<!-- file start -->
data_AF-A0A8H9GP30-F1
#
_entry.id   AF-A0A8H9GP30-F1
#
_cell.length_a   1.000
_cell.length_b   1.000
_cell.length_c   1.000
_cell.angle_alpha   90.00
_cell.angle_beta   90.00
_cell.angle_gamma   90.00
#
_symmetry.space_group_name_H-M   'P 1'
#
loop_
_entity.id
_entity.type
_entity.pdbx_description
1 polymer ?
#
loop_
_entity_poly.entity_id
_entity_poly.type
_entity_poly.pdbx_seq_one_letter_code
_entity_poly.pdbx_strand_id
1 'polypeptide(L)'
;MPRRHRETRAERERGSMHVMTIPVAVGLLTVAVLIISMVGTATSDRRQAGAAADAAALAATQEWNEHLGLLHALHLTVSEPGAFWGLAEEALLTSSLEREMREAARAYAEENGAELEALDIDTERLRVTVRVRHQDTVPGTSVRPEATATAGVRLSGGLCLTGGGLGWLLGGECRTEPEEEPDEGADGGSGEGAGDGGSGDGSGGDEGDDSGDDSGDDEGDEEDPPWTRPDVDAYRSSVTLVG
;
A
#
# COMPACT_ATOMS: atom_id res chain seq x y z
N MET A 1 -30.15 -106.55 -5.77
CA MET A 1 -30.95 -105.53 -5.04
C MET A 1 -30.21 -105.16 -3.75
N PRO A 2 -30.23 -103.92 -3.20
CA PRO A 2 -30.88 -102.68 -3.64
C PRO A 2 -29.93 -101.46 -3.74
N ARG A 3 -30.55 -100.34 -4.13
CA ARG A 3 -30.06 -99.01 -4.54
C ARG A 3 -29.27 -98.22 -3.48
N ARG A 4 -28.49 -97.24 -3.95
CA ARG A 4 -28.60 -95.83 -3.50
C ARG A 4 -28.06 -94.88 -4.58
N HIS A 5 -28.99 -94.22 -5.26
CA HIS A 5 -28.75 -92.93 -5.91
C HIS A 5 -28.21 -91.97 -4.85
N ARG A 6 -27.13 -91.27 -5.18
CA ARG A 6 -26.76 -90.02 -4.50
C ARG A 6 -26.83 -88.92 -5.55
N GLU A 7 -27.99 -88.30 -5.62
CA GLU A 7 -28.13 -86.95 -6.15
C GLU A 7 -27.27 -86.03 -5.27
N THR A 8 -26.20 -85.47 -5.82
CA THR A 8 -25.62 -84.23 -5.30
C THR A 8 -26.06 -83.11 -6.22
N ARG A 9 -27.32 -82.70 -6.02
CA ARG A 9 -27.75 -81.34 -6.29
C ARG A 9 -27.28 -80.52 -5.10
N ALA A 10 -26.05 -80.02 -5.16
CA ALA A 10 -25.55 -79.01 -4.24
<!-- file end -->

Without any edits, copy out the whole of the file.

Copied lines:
data_AF-A0A8H9GP30-F1
#
_entry.id   AF-A0A8H9GP30-F1
#
_cell.length_a   1.000
_cell.length_b   1.000
_cell.length_c   1.000
_cell.angle_alpha   90.00
_cell.angle_beta   90.00
_cell.angle_gamma   90.00
#
_symmetry.space_group_name_H-M   'P 1'
#
loop_
_entity.id
_entity.type
_entity.pdbx_description
1 polymer ?
#
loop_
_entity_poly.entity_id
_entity_poly.type
_entity_poly.pdbx_seq_one_letter_code
_entity_poly.pdbx_strand_id
1 'polypeptide(L)'
;MPRRHRETRAERERGSMHVMTIPVAVGLLTVAVLIISMVGTATSDRRQAGAAADAAALAATQEWNEHLGLLHALHLTVSEPGAFWGLAEEALLTSSLEREMREAARAYAEENGAELEALDIDTERLRVTVRVRHQDTVPGTSVRPEATATAGVRLSGGLCLTGGGLGWLLGGECRTEPEEEPDEGADGGSGEGAGDGGSGDGSGGDEGDDSGDDSGDDEGDEEDPPWTRPDVDAYRSSVTLVG
;
A
#
# COMPACT_ATOMS: atom_id res chain seq x y z
N MET A 1 -30.15 -106.55 -5.77
CA MET A 1 -30.95 -105.53 -5.04
C MET A 1 -30.21 -105.16 -3.75
N PRO A 2 -30.23 -103.92 -3.20
CA PRO A 2 -30.88 -102.68 -3.64
C PRO A 2 -29.93 -101.46 -3.74
N ARG A 3 -30.55 -100.34 -4.13
CA ARG A 3 -30.06 -99.01 -4.54
C ARG A 3 -29.27 -98.22 -3.48
N ARG A 4 -28.49 -97.24 -3.95
CA ARG A 4 -28.60 -95.83 -3.50
C ARG A 4 -28.06 -94.88 -4.58
N HIS A 5 -28.99 -94.22 -5.26
CA HIS A 5 -28.75 -92.93 -5.91
C HIS A 5 -28.21 -91.97 -4.85
N ARG A 6 -27.13 -91.27 -5.18
CA ARG A 6 -26.76 -90.02 -4.50
C ARG A 6 -26.83 -88.92 -5.55
N GLU A 7 -27.99 -88.30 -5.62
CA GLU A 7 -28.13 -86.95 -6.15
C GLU A 7 -27.27 -86.03 -5.27
N THR A 8 -26.20 -85.47 -5.82
CA THR A 8 -25.62 -84.23 -5.30
C THR A 8 -26.06 -83.11 -6.22
N ARG A 9 -27.32 -82.70 -6.02
CA ARG A 9 -27.75 -81.34 -6.29
C ARG A 9 -27.28 -80.52 -5.10
N ALA A 10 -26.05 -80.02 -5.16
CA ALA A 10 -25.55 -79.01 -4.24